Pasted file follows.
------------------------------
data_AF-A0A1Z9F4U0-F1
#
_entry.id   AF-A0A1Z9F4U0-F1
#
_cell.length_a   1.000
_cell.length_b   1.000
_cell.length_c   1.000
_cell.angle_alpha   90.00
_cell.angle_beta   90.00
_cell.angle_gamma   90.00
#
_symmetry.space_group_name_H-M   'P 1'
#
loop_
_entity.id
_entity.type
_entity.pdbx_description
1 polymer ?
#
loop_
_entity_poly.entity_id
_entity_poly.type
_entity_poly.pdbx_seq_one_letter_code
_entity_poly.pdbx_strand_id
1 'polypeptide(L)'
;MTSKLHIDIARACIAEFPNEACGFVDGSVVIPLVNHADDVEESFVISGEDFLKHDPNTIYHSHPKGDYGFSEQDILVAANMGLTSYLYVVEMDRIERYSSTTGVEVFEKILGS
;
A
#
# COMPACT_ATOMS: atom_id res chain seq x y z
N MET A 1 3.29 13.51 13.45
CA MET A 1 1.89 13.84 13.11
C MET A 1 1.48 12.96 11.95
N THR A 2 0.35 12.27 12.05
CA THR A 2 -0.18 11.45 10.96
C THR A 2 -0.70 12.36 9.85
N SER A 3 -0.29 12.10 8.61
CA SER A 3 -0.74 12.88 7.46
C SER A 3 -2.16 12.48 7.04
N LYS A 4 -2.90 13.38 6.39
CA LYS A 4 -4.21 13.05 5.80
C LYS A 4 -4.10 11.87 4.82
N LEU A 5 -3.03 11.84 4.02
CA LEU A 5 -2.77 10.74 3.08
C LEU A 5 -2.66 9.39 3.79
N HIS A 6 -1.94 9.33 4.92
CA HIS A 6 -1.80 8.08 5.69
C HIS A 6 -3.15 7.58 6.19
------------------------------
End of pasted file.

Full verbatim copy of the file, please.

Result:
data_AF-A0A1Z9F4U0-F1
#
_entry.id   AF-A0A1Z9F4U0-F1
#
_cell.length_a   1.000
_cell.length_b   1.000
_cell.length_c   1.000
_cell.angle_alpha   90.00
_cell.angle_beta   90.00
_cell.angle_gamma   90.00
#
_symmetry.space_group_name_H-M   'P 1'
#
loop_
_entity.id
_entity.type
_entity.pdbx_description
1 polymer ?
#
loop_
_entity_poly.entity_id
_entity_poly.type
_entity_poly.pdbx_seq_one_letter_code
_entity_poly.pdbx_strand_id
1 'polypeptide(L)'
;MTSKLHIDIARACIAEFPNEACGFVDGSVVIPLVNHADDVEESFVISGEDFLKHDPNTIYHSHPKGDYGFSEQDILVAANMGLTSYLYVVEMDRIERYSSTTGVEVFEKILGS
;
A
#
# COMPACT_ATOMS: atom_id res chain seq x y z
N MET A 1 3.29 13.51 13.45
CA MET A 1 1.89 13.84 13.11
C MET A 1 1.48 12.96 11.95
N THR A 2 0.35 12.27 12.05
CA THR A 2 -0.18 11.45 10.96
C THR A 2 -0.70 12.36 9.85
N SER A 3 -0.29 12.10 8.61
CA SER A 3 -0.74 12.88 7.46
C SER A 3 -2.16 12.48 7.04
N LYS A 4 -2.90 13.38 6.39
CA LYS A 4 -4.21 13.05 5.80
C LYS A 4 -4.10 11.87 4.82
N LEU A 5 -3.03 11.84 4.02
CA LEU A 5 -2.77 10.74 3.08
C LEU A 5 -2.66 9.39 3.79
N HIS A 6 -1.94 9.33 4.92
CA HIS A 6 -1.80 8.08 5.69
C HIS A 6 -3.15 7.58 6.19